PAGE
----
Keith actually found that statement hilarious.

He asked me where I lived. I explained that I was a man without a country and home was wherever I happened to be at the moment.

“Oh, I do unnerstan. Gypsy [unintelligible], yeh.”

“Did a little time in New York. No, not Attica. New York City. Although, I did escape one night with my socks on.”

“Dun that in ’round thirty [unintelligible] countries. Been out on bail since ’68.”

“Plus, I’m traveling on a fake passport.”

Keith broke out laughing very loudly and said something about wishing he had thought of that twenty years earlier.

We talked about the hallowed musical ground of the Ryman Theater (located in Nashville) and the musicians who planted roots there: Hank Williams, Johnny Cash, Maybelle Carter, Earl Scruggs and Lester Flatt, just to name a few. Hell, Helen Keller did a gig there. I’m not kidding. Sold the place out.

Keith was not aware Helen Keller played the Ryman.

“Oh, yeah. She was lead vocalist for Helen and the Hussies. All girl group. They were the Go-Gos of their day. Eleanor Roosevelt on trombone, Mother Teresa on banjo, Indira Gandhi on bass drum and Harriet Tubman on electric cello and Lizzie Borden on chainsaw. Hindu/Mexican punk band. Their big hit was, ‘I Wanna Hold Your Hand (Over an Open Flame).’ I preferred ‘(Throw You Off) The Bridge Over Troubled Waters.’ You can’t go wrong either way.”

While laughing, he said, “Thought tha’ was th Andrew’s Sisters.”

My memory gets cloudy at this point because I was approaching the “I love you, Man” stage of insobriety.  This was due to the fact that, for the past couple hours, I had been keeping up with Keith Richards drinking shots of Jack Daniels.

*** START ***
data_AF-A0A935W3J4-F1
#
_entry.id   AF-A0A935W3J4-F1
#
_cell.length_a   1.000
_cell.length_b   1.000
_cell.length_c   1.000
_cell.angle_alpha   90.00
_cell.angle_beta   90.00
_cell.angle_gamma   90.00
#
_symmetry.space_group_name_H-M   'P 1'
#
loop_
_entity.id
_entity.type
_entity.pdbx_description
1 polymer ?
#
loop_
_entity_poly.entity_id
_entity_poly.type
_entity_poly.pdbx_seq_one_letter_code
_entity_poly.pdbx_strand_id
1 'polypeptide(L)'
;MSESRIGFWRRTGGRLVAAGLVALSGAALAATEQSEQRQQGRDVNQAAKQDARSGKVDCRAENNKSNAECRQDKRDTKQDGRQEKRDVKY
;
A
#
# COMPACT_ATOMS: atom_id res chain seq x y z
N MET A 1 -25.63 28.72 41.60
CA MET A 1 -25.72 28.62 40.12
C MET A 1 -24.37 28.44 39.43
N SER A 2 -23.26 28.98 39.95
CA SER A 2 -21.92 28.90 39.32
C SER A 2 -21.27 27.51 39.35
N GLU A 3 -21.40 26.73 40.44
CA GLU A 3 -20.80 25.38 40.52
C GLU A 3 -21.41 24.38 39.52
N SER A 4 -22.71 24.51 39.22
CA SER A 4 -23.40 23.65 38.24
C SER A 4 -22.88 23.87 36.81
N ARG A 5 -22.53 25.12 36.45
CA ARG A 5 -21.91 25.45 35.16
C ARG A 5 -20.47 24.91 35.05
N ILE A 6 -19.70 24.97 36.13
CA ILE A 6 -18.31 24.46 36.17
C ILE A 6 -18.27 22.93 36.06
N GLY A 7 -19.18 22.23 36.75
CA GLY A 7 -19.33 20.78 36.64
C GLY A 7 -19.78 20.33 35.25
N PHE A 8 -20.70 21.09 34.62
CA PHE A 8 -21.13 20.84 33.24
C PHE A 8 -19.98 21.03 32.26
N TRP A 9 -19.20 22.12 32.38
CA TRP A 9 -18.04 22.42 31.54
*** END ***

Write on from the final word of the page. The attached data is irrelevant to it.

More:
This is something you must never do.

Our conversation ran amok for a while, although we did agree to propose legislation for the permanent removal from society of the following:

  • Anyone with a Mullet
  • Men wearing pinkie rings
  • The DEA (Keith was particularly passionate about this one)

It wasn’t long after that I knew, thanks to the ridiculous amount of bourbon I’d thrown down, I was in serious trouble and it was best I leave before I descended into the very unfortunate “Let’s crank up the Enola Gay” stage. So, I thanked him profusely for the booze. We shook hands. He said he enjoyed the chin wag and even claimed he was glad I stopped by. I assured him the pleasure was all mine and would, someday, include our interaction in my memoirs. He went back to his book. 

As I staggered past Smokey, I asked for a glass of water as though that was going to undo any of the damage. 

“Uh, um, yeah,  Smokey. Wondering if you can help a brother out.  Do you know when the next flight to Western China leaves?  Because, after two minutes of careful consideration, I’ve decided it’s best for all concerned for me to immediately become a Tibetan Monk. I see no alternative. I’m in deep, and I think I could very well sober up in a Buddhist Monastery in, oh, I dunno, ten years. More water?”